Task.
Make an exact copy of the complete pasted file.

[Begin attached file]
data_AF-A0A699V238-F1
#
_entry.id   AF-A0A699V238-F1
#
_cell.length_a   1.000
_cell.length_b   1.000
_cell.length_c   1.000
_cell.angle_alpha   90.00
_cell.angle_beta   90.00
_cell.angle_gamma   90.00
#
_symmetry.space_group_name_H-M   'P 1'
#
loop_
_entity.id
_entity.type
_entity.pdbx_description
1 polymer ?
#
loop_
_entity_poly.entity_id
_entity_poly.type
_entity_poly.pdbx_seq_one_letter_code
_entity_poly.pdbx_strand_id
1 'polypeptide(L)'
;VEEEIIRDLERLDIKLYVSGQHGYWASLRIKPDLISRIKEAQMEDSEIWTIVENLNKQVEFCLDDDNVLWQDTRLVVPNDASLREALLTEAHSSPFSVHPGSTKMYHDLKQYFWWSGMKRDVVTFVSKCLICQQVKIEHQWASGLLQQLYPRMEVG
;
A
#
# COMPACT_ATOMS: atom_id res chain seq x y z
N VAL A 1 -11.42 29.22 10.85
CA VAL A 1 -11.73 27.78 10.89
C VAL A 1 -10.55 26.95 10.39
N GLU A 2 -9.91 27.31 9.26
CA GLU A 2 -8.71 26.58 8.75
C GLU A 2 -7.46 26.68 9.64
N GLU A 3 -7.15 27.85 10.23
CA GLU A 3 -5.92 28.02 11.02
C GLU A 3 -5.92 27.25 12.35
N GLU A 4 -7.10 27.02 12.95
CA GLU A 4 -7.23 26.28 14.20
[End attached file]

data_AF-A0A699V238-F1
#
_entry.id   AF-A0A699V238-F1
#
_cell.length_a   1.000
_cell.length_b   1.000
_cell.length_c   1.000
_cell.angle_alpha   90.00
_cell.angle_beta   90.00
_cell.angle_gamma   90.00
#
_symmetry.space_group_name_H-M   'P 1'
#
loop_
_entity.id
_entity.type
_entity.pdbx_description
1 polymer ?
#
loop_
_entity_poly.entity_id
_entity_poly.type
_entity_poly.pdbx_seq_one_letter_code
_entity_poly.pdbx_strand_id
1 'polypeptide(L)'
;VEEEIIRDLERLDIKLYVSGQHGYWASLRIKPDLISRIKEAQMEDSEIWTIVENLNKQVEFCLDDDNVLWQDTRLVVPNDASLREALLTEAHSSPFSVHPGSTKMYHDLKQYFWWSGMKRDVVTFVSKCLICQQVKIEHQWASGLLQQLYPRMEVG
;
A
#
# COMPACT_ATOMS: atom_id res chain seq x y z
N VAL A 1 -11.42 29.22 10.85
CA VAL A 1 -11.73 27.78 10.89
C VAL A 1 -10.55 26.95 10.39
N GLU A 2 -9.91 27.31 9.26
CA GLU A 2 -8.71 26.58 8.75
C GLU A 2 -7.46 26.68 9.64
N GLU A 3 -7.15 27.85 10.23
CA GLU A 3 -5.92 28.02 11.02
C GLU A 3 -5.92 27.25 12.35
N GLU A 4 -7.10 27.02 12.95
CA GLU A 4 -7.23 26.28 14.20